U.S. bobsledders' legacy: chaos galore, no medals

February 23, 1992|By Bill Glauber | Bill Glauber,Staff Writer

ALBERTVILLE, France -- It's one of the longest losing streaks in sports. Thirty-six years. Nine Olympics. No medals. Much bickering.

Yesterday, the U.S. four-man bobsled teams ended the Winter Olympics far behind the pack on the tight, twisting course at La Plagne.

While Austrians, Germans and Swiss were splitting up the medals, the Americans once again were talking about what went wrong with their program and their effort.

"We've got some things to do," said Randy Will, driver of the ninth-place USA I sled. "Money is a big thing. We're lucky we have sponsors to take care of some things. We've got to channel the funds to the things which we need, which is technical support."

Will complained about his sled, about having to do the dirty work and remove Herschel Walker from his push team two days before the competition, about having to deal with distractions.

But in the end, Will said it was his imperfect driving that doomed the U.S. chances, leaving him 1.03 seconds behind Austria I and its gold-medal driver, Ingo Appelt.

Will got three of four pushes under six seconds from his crew of Karlos Kirby, Joe Sawyer and Chris Coleman, but he managed to botch the advantage by failing to smoothly negotiate Turn 18. USA II, piloted by Chuck Leonowicz, finished 11th.

"We proved ourselves in the push," said Will. "I had some serious driving problems and that was all my fault."

The Austrians had no such problems.

Appelt, a jeweler from Innsbruck, knows bobsled. And he knows gems. He won the gold with a four-race time of 3 minutes, 53.90 seconds.

The victory delighted him. The medal left him unimpressed.

"Of course, this is the most important piece of gold I have ever got hold of," he said. "Everyone wants to win an Olympic medal. But I must admit I have seen better-designed medals."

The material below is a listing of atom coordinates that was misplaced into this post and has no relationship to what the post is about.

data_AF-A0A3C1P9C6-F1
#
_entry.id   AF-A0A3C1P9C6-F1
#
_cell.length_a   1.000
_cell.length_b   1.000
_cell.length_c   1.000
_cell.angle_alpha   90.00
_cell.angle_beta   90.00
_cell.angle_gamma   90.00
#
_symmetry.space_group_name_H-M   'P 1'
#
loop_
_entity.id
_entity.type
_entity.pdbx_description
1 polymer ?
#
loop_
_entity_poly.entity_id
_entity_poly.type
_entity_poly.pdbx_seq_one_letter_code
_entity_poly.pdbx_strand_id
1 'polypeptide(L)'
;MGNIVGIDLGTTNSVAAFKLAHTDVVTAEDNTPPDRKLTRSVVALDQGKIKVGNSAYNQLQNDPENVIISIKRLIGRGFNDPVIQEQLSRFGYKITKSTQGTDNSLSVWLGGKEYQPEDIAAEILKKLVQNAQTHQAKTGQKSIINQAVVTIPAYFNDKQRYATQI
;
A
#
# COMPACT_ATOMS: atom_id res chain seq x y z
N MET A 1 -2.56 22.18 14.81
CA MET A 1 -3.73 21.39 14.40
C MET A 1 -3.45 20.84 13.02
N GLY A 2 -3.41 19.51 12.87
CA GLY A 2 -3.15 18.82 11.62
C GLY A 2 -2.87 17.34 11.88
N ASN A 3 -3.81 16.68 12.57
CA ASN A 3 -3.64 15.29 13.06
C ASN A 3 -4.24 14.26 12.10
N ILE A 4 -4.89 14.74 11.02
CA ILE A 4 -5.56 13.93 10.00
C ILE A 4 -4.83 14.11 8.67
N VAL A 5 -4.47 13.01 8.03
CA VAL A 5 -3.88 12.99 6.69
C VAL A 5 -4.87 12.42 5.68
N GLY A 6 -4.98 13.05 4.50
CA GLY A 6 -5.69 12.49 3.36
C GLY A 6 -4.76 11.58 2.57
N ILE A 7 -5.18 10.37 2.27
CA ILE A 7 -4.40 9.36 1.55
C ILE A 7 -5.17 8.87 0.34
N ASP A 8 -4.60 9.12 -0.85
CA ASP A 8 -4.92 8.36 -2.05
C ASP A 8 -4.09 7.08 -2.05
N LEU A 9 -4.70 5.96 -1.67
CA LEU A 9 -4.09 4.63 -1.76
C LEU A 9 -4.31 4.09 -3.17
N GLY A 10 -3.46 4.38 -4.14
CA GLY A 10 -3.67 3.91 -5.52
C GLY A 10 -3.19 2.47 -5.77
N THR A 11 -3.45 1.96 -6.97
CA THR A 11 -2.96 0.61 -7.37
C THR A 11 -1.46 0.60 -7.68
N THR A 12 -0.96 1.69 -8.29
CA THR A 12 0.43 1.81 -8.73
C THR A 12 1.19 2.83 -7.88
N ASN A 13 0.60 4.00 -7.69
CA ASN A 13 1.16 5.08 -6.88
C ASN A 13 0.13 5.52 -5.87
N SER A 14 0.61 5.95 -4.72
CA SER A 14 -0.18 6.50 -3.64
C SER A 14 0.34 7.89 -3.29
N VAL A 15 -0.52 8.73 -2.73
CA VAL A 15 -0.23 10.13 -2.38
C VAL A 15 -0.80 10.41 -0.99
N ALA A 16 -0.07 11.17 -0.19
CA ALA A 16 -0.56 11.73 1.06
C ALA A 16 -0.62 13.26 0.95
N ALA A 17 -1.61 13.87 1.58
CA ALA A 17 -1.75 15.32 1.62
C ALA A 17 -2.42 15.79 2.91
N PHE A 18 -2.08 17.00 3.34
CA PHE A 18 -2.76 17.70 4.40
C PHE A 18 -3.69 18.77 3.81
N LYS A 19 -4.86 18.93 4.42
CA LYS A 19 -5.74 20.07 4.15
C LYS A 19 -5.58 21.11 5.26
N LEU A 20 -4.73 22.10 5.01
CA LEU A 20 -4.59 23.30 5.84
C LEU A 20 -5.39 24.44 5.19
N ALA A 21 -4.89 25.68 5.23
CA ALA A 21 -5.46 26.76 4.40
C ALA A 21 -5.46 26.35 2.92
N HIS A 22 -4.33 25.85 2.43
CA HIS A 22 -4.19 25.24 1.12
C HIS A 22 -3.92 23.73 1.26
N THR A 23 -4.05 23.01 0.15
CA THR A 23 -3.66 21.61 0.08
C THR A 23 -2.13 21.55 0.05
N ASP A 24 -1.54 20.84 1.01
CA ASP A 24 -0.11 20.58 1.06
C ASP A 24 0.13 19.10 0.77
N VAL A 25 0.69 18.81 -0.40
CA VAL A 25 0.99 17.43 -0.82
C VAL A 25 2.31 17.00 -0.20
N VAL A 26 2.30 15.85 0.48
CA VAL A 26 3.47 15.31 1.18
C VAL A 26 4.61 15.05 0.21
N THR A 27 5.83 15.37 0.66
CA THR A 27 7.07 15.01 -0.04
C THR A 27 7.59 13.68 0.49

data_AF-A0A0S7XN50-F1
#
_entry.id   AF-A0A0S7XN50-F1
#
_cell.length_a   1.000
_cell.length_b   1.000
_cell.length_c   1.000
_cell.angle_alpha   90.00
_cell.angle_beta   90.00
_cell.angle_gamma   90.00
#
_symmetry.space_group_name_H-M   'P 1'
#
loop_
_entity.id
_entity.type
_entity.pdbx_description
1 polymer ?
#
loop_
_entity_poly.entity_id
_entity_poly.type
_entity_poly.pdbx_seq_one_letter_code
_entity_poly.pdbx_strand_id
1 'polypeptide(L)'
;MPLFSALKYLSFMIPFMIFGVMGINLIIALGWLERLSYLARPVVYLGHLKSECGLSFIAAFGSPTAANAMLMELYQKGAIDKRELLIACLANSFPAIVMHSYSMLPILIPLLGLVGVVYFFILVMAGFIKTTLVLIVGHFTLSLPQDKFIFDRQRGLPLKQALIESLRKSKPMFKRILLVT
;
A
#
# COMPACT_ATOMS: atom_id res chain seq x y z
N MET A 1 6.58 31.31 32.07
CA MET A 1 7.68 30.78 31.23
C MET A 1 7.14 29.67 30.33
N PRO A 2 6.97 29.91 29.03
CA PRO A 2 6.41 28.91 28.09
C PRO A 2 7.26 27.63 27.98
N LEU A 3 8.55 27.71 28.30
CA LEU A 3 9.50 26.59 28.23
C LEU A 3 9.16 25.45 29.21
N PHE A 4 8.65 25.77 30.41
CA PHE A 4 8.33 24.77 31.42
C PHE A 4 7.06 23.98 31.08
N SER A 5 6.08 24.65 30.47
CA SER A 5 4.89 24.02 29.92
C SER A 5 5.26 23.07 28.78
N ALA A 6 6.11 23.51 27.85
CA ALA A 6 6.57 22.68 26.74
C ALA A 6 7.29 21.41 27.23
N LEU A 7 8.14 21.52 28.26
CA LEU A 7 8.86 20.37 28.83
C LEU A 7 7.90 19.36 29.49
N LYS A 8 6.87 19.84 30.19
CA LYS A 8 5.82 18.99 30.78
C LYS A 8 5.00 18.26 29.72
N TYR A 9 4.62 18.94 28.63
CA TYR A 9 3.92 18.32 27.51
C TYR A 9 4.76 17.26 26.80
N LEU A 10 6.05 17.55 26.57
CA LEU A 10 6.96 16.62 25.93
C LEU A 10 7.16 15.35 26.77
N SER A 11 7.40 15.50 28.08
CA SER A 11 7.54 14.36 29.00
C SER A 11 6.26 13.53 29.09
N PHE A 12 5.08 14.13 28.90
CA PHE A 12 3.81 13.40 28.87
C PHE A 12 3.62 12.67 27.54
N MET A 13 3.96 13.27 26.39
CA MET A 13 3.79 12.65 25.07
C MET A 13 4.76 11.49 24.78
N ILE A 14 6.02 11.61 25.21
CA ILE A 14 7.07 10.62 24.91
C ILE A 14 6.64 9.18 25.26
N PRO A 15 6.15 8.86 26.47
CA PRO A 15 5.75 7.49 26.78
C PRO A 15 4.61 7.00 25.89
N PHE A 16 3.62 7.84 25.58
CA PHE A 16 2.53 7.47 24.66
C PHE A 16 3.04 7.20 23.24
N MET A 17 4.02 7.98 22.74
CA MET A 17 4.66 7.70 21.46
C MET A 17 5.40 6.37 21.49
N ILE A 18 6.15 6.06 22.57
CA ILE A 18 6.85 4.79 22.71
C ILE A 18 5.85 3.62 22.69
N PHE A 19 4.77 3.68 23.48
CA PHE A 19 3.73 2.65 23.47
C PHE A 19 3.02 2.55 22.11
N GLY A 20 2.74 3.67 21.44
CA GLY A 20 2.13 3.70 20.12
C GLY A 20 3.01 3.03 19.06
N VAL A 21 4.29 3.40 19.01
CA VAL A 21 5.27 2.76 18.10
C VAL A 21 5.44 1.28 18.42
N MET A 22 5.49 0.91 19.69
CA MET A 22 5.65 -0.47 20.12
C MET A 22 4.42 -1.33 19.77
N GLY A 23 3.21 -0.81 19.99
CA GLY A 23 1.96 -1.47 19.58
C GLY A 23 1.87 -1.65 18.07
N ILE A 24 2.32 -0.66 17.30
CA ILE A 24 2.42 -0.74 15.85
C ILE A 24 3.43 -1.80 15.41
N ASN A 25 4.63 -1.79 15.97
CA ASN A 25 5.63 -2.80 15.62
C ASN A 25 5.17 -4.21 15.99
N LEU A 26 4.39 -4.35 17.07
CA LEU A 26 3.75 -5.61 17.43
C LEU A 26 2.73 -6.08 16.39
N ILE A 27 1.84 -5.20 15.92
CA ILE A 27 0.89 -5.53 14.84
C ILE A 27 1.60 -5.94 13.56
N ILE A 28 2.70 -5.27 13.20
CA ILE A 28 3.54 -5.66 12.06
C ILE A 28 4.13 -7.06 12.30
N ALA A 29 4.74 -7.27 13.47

Appelt, whose only previous major victory was the European crown in 1989, won by just .02 of a second over Germany's Wolfgang Hoppe, a five-time medalist competing despite a pulled hamstring.

Two-man champion Gustav Weder of Switzerland took the bronze medal.

Despite the rough cut of the medal, Appelt said it will go on display at his shop in Innsbruck.

"It would have been very difficult to have had my bob career without the help of the business and my work," he said. "I hope we can find space for the medal in the shop window."

Weder said that perhaps Appelt should design the medals for the 1994 Winter Games in Lillehammer, Norway.

"Firstly, the medals will be good ones and, secondly, Ingo will hopefully spend so much time working on them that he will not have so much time to train," Weder said.

The Americans should have such problems.

Another Olympics. Another failure.

Despite every effort at spin control, the fact is the Americans couldn't even crack the top five, let alone the top three.

They made more news when Walker was shoved off the sled Wednesday and replaced by Coleman than they did on the track.

"I'll be back in 1994," Coleman said. "We're that much more hungry now. I believe in my heart that we have the fastest push team in the world. This week put pressure on all of us. We had to overcome that and we did."

Still, the United States couldn't take a medal.

"I think the bottom line is results," coach John Philbin said. "People look for winners. When you put a winning program together, that's when people want to jump aboard."

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